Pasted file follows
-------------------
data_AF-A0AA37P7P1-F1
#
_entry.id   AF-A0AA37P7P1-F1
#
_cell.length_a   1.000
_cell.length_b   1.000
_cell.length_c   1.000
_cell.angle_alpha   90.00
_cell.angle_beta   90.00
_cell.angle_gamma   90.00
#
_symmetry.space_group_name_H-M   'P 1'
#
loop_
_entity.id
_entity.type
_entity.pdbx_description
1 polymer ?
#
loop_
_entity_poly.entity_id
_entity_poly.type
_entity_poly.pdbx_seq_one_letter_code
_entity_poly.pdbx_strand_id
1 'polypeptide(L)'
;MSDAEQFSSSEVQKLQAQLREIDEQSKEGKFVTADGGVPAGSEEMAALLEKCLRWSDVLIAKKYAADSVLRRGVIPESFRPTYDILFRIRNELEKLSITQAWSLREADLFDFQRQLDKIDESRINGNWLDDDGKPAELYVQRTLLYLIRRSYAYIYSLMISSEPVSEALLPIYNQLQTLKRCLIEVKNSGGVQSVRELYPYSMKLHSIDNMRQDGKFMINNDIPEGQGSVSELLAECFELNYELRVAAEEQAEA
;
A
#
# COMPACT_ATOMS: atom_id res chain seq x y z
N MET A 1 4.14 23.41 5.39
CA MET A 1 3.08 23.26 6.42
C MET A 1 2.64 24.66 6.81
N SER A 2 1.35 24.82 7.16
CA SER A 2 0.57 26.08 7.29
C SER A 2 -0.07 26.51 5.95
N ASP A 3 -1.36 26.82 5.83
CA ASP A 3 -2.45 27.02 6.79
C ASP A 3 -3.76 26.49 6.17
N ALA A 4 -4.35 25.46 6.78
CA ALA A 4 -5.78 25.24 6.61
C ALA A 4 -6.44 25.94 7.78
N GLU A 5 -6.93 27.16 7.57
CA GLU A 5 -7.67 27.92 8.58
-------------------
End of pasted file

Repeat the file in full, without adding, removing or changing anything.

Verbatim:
data_AF-A0AA37P7P1-F1
#
_entry.id   AF-A0AA37P7P1-F1
#
_cell.length_a   1.000
_cell.length_b   1.000
_cell.length_c   1.000
_cell.angle_alpha   90.00
_cell.angle_beta   90.00
_cell.angle_gamma   90.00
#
_symmetry.space_group_name_H-M   'P 1'
#
loop_
_entity.id
_entity.type
_entity.pdbx_description
1 polymer ?
#
loop_
_entity_poly.entity_id
_entity_poly.type
_entity_poly.pdbx_seq_one_letter_code
_entity_poly.pdbx_strand_id
1 'polypeptide(L)'
;MSDAEQFSSSEVQKLQAQLREIDEQSKEGKFVTADGGVPAGSEEMAALLEKCLRWSDVLIAKKYAADSVLRRGVIPESFRPTYDILFRIRNELEKLSITQAWSLREADLFDFQRQLDKIDESRINGNWLDDDGKPAELYVQRTLLYLIRRSYAYIYSLMISSEPVSEALLPIYNQLQTLKRCLIEVKNSGGVQSVRELYPYSMKLHSIDNMRQDGKFMINNDIPEGQGSVSELLAECFELNYELRVAAEEQAEA
;
A
#
# COMPACT_ATOMS: atom_id res chain seq x y z
N MET A 1 4.14 23.41 5.39
CA MET A 1 3.08 23.26 6.42
C MET A 1 2.64 24.66 6.81
N SER A 2 1.35 24.82 7.16
CA SER A 2 0.57 26.08 7.29
C SER A 2 -0.07 26.51 5.95
N ASP A 3 -1.36 26.82 5.83
CA ASP A 3 -2.45 27.02 6.79
C ASP A 3 -3.76 26.49 6.17
N ALA A 4 -4.35 25.46 6.78
CA ALA A 4 -5.78 25.24 6.61
C ALA A 4 -6.44 25.94 7.78
N GLU A 5 -6.93 27.16 7.57
CA GLU A 5 -7.67 27.92 8.58